'A negative impact': Donald Trump's NAFTA threat will backfire, Trudeau warns

'A negative impact': Donald Trump's NAFTA threat will backfire, Trudeau warns

Donnelly spoke to Reuters as Canadian Prime Minister Justin Trudeau visited the steel city of Hamilton to reassure workers and meet with company CEOs, as part of his week-long tour to defend Canadian jobs.

According to media reports, the key conservations in winning a Canadian exemption were when Defence Minister Harjit Sajjan told Secretary of Defense James Mattis that the U.S. relies on Canadian steel to manufacture its fighter jets, and Trudeau's March 5 pledge to Trump he would ensure "Canadian steel" was manufactured in "Canadian plants" by "Canadian workers".

The American administration has expressed a desire to get a NAFTA deal in a hurry and some prominent members have been suggesting that the threat of steel and aluminum tariffs might prod the negotiations along.

Trump last week rolled out tariffs on steel and aluminum but said Canada and Mexico will be excluded and long-term exemptions would be based on the results of NAFTA negotiations.

US tariffs on Canadian steel and aluminum would be "very harmful" for industry and workers in both countries, he added.

In Trudeau's view, the US wasn't just helping Canada - it helped itself by refraining from slapping tariffs on its No. 1 supplier of both steel and aluminum.

"We are negotiating the NAFTA accord in good faith and we will continue to do so but I don't want the president to think he can bring tariffs on Canadian steel and aluminum without there being consequences", he told Radio-Canada earlier in the day.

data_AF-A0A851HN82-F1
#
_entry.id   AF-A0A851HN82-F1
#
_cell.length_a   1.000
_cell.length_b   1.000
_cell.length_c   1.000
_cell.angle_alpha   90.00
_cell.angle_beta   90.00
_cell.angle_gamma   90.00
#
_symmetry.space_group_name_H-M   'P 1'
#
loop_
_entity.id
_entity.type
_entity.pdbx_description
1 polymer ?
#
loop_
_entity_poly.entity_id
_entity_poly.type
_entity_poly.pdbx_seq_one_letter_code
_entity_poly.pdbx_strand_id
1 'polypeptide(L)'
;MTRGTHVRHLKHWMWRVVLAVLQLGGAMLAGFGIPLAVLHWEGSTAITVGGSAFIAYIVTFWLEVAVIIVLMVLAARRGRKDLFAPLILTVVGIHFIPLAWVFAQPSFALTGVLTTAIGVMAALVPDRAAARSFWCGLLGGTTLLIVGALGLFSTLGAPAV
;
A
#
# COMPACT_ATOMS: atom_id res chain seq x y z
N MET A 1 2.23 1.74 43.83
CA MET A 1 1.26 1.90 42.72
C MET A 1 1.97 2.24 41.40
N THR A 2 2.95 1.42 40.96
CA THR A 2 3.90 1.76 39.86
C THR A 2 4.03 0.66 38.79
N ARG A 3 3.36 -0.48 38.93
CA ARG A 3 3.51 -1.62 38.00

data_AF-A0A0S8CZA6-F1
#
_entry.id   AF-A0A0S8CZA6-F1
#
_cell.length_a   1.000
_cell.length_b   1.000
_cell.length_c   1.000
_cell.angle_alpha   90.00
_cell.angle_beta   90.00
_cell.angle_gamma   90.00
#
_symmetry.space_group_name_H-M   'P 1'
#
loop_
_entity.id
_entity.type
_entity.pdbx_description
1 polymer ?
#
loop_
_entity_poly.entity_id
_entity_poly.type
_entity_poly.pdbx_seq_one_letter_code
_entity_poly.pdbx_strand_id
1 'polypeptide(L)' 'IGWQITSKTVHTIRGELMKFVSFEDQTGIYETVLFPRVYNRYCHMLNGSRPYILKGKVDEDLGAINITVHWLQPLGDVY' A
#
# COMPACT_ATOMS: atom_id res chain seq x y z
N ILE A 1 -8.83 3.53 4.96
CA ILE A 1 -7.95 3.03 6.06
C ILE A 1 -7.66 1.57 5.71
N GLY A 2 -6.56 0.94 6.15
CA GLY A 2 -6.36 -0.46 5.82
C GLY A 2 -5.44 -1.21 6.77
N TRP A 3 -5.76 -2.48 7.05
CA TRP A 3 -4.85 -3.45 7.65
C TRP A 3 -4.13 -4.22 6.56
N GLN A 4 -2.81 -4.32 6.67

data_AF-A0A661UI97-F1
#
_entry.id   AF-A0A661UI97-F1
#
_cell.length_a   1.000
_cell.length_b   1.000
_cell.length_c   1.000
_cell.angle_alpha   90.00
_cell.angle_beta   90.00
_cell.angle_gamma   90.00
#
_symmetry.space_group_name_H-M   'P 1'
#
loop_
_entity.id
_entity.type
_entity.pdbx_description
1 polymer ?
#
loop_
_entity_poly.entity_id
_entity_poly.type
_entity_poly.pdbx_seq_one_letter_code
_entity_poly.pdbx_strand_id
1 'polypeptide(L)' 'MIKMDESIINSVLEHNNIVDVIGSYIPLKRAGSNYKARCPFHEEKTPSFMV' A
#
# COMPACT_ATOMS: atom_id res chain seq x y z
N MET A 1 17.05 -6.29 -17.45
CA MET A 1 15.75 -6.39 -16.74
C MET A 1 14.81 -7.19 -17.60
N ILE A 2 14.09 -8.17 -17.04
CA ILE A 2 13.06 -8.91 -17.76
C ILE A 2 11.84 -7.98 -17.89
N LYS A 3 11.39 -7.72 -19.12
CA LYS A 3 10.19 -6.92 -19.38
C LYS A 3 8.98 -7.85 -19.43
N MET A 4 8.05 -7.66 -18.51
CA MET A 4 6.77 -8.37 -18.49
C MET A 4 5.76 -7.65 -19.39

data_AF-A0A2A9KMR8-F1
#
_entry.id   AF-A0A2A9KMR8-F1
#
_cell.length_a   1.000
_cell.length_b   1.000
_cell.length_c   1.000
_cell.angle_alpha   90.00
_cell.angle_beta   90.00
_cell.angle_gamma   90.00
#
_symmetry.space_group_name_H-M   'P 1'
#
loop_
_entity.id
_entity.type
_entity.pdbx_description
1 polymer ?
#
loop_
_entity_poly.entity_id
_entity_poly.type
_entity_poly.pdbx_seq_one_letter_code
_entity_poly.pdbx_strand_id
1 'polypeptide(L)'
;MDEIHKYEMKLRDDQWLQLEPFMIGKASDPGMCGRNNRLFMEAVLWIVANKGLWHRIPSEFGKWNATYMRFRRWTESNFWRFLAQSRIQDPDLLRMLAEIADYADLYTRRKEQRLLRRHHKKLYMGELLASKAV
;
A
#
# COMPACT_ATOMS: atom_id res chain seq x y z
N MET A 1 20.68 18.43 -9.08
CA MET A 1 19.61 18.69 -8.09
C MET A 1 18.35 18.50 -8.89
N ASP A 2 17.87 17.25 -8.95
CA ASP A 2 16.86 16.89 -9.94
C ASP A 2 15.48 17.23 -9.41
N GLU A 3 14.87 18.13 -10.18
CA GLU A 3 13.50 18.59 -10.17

Trudeau says he has already spoken with President Donald Trump about foreign steel dumping and is willing to take further action, if necessary, to protect our industry. "We had your backs last week and we always will".

Both countries are also exempt for the time being on a proposed 10 per cent tariff on aluminium exports to the States.

"One of the really strong things about our approach is that we're all saying the same kinds of things from very, very different perspectives", he told a roundtable of industry leaders in Sault Ste.

Trump, in the course of this particular phone call, showed his desire to wrap up the NAFTA deal within the coming weeks, because of the political elections which are going to occur on July 1st inside Mexico.

"There's no victor in any trade war", Didier Leroy, executive vice president at Toyota, said after Trump tweeted over the weekend that European cars "freely pour" into the U.S.

"Canadian companies, meanwhile, now have roughly $475 billion worth of cross-border investment in the USA, and NAFTA supports about 3.4 million Canadian jobs by way of trade and investments with the U.S".

He said Canada would be alert to that and work with industry partners and the United States to make sure that doesn't happen.

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